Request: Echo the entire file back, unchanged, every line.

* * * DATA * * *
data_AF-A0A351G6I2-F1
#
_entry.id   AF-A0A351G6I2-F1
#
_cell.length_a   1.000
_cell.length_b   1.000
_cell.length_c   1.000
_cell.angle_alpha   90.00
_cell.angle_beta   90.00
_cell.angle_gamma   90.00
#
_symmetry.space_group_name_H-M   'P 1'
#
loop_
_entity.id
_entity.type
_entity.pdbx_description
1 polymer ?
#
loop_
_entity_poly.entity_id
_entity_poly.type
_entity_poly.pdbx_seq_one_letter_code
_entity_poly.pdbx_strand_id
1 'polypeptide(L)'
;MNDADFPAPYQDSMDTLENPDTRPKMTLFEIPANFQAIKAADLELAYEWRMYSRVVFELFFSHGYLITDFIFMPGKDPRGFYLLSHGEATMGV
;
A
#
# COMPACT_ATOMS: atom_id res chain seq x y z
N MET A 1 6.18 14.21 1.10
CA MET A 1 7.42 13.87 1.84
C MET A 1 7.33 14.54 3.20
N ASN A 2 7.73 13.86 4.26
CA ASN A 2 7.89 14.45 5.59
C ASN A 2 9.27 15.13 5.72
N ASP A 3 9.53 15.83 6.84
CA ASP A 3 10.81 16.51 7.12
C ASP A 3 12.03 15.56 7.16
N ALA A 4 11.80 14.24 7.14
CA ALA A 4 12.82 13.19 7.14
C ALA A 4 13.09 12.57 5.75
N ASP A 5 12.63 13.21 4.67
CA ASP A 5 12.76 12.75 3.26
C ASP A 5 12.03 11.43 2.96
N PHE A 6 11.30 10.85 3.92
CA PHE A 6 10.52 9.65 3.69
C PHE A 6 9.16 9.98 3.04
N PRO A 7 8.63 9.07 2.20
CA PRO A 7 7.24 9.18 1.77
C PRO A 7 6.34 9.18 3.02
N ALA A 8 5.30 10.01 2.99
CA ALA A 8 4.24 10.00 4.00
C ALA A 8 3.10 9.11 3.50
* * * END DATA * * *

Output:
data_AF-A0A351G6I2-F1
#
_entry.id   AF-A0A351G6I2-F1
#
_cell.length_a   1.000
_cell.length_b   1.000
_cell.length_c   1.000
_cell.angle_alpha   90.00
_cell.angle_beta   90.00
_cell.angle_gamma   90.00
#
_symmetry.space_group_name_H-M   'P 1'
#
loop_
_entity.id
_entity.type
_entity.pdbx_description
1 polymer ?
#
loop_
_entity_poly.entity_id
_entity_poly.type
_entity_poly.pdbx_seq_one_letter_code
_entity_poly.pdbx_strand_id
1 'polypeptide(L)'
;MNDADFPAPYQDSMDTLENPDTRPKMTLFEIPANFQAIKAADLELAYEWRMYSRVVFELFFSHGYLITDFIFMPGKDPRGFYLLSHGEATMGV
;
A
#
# COMPACT_ATOMS: atom_id res chain seq x y z
N MET A 1 6.18 14.21 1.10
CA MET A 1 7.42 13.87 1.84
C MET A 1 7.33 14.54 3.20
N ASN A 2 7.73 13.86 4.26
CA ASN A 2 7.89 14.45 5.59
C ASN A 2 9.27 15.13 5.72
N ASP A 3 9.53 15.83 6.84
CA ASP A 3 10.81 16.51 7.12
C ASP A 3 12.03 15.56 7.16
N ALA A 4 11.80 14.24 7.14
CA ALA A 4 12.82 13.19 7.14
C ALA A 4 13.09 12.57 5.75
N ASP A 5 12.63 13.21 4.67
CA ASP A 5 12.76 12.75 3.26
C ASP A 5 12.03 11.43 2.96
N PHE A 6 11.30 10.85 3.92
CA PHE A 6 10.52 9.65 3.69
C PHE A 6 9.16 9.98 3.04
N PRO A 7 8.63 9.07 2.20
CA PRO A 7 7.24 9.18 1.77
C PRO A 7 6.34 9.18 3.02
N ALA A 8 5.30 10.01 2.99
CA ALA A 8 4.24 10.00 4.00
C ALA A 8 3.10 9.11 3.50